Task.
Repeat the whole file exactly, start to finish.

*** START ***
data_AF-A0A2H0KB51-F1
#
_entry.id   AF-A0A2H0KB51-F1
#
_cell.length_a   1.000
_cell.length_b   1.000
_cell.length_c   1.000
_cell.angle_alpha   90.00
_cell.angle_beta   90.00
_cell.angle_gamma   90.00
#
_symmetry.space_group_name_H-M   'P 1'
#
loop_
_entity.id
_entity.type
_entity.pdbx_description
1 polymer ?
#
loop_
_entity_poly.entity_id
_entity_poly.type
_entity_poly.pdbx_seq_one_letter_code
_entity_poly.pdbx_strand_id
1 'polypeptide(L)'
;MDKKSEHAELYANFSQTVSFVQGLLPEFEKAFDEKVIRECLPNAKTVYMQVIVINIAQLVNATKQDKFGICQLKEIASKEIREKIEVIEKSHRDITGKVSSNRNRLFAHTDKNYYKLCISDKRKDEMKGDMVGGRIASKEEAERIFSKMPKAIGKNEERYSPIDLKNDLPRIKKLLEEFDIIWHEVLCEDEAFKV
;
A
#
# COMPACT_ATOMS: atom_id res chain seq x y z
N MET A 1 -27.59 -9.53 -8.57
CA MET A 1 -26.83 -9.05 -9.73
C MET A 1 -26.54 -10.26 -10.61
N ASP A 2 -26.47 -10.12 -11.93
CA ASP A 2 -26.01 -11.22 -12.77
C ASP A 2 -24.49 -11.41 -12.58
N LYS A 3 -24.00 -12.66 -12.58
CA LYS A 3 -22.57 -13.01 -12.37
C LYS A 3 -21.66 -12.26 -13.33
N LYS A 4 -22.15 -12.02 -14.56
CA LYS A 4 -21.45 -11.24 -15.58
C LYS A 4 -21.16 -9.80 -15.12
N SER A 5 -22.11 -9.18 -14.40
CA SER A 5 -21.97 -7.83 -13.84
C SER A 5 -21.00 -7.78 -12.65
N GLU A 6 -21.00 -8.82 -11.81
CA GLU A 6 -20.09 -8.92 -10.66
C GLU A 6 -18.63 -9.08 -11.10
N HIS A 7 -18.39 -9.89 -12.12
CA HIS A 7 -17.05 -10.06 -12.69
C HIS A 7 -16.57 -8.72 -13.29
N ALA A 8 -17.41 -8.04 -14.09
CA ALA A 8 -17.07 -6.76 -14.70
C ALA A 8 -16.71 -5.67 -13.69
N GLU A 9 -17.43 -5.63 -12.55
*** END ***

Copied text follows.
data_AF-A0A2H0KB51-F1
#
_entry.id   AF-A0A2H0KB51-F1
#
_cell.length_a   1.000
_cell.length_b   1.000
_cell.length_c   1.000
_cell.angle_alpha   90.00
_cell.angle_beta   90.00
_cell.angle_gamma   90.00
#
_symmetry.space_group_name_H-M   'P 1'
#
loop_
_entity.id
_entity.type
_entity.pdbx_description
1 polymer ?
#
loop_
_entity_poly.entity_id
_entity_poly.type
_entity_poly.pdbx_seq_one_letter_code
_entity_poly.pdbx_strand_id
1 'polypeptide(L)'
;MDKKSEHAELYANFSQTVSFVQGLLPEFEKAFDEKVIRECLPNAKTVYMQVIVINIAQLVNATKQDKFGICQLKEIASKEIREKIEVIEKSHRDITGKVSSNRNRLFAHTDKNYYKLCISDKRKDEMKGDMVGGRIASKEEAERIFSKMPKAIGKNEERYSPIDLKNDLPRIKKLLEEFDIIWHEVLCEDEAFKV
;
A
#
# COMPACT_ATOMS: atom_id res chain seq x y z
N MET A 1 -27.59 -9.53 -8.57
CA MET A 1 -26.83 -9.05 -9.73
C MET A 1 -26.54 -10.26 -10.61
N ASP A 2 -26.47 -10.12 -11.93
CA ASP A 2 -26.01 -11.22 -12.77
C ASP A 2 -24.49 -11.41 -12.58
N LYS A 3 -24.00 -12.66 -12.58
CA LYS A 3 -22.57 -13.01 -12.37
C LYS A 3 -21.66 -12.26 -13.33
N LYS A 4 -22.15 -12.02 -14.56
CA LYS A 4 -21.45 -11.24 -15.58
C LYS A 4 -21.16 -9.80 -15.12
N SER A 5 -22.11 -9.18 -14.40
CA SER A 5 -21.97 -7.83 -13.84
C SER A 5 -21.00 -7.78 -12.65
N GLU A 6 -21.00 -8.82 -11.81
CA GLU A 6 -20.09 -8.92 -10.66
C GLU A 6 -18.63 -9.08 -11.10
N HIS A 7 -18.39 -9.89 -12.12
CA HIS A 7 -17.05 -10.06 -12.69
C HIS A 7 -16.57 -8.72 -13.29
N ALA A 8 -17.41 -8.04 -14.09
CA ALA A 8 -17.07 -6.76 -14.70
C ALA A 8 -16.71 -5.67 -13.69
N GLU A 9 -17.43 -5.63 -12.55